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Here’s where tropical forests have been destroyed for palm oil over the past 25 years

August 18, 2016

Here’s where tropical forests have been destroyed for palm oil over the past 25 years

18 August 2016
Mike Gaworecki

Most oil palm is grown in areas that were once species-rich and carbon-rich tropical forests, thanks to the fact that the crop’s natural range is limited to the humid tropics. So where are the active fronts of deforestation for oil palm? And where might they be in the future?

Palm oil has become one of the most in-demand agricultural commodities over the past several years and, as such, has also become a significant driver of deforestation. Palm oil and its derivatives are common ingredients in everything from peanut butter and snack foods to shampoo and toothpaste.

More than 80 percent of the world’s palm oil production occurs in Indonesia and Malaysia, but the patterns of deforestation associated with expansion of oil palm plantations in these two countries, and the associated impacts on biodiversity, are not necessarily the same everywhere in the world.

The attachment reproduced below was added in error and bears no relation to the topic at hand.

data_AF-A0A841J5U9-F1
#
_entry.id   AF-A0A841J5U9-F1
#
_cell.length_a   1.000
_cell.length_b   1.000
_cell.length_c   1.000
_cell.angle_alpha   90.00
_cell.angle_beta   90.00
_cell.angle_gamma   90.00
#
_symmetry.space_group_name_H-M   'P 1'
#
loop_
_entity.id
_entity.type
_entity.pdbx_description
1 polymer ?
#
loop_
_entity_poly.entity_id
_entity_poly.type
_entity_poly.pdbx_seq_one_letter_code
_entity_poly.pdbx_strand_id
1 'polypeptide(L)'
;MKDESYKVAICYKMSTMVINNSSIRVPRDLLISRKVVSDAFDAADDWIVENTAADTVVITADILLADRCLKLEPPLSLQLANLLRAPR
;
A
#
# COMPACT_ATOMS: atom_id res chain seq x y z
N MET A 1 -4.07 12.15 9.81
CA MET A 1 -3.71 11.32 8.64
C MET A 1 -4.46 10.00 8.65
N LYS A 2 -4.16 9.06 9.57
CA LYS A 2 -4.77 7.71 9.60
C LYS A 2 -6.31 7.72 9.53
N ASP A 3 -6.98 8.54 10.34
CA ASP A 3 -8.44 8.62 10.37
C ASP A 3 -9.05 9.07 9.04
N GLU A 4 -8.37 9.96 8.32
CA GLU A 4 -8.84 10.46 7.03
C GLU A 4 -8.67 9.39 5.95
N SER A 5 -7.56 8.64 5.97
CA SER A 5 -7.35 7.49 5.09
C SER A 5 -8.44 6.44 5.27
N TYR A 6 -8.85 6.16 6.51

A new study led by researchers at Duke University that was published last month in the journal PLOS ONE looked at high-resolution imagery from 20 countries to determine where oil palm plantations have destroyed tropical forests over the past quarter century and where the crop might threaten rainforests in the future.

“Many studies focus solely on Indonesia and Malaysia, but oil palm is grown in 43 countries,” Clinton Jenkins of the Institute for Ecological Research in Brazil, a co-author of the study, said in a statement.

Read more at MONGABAY.

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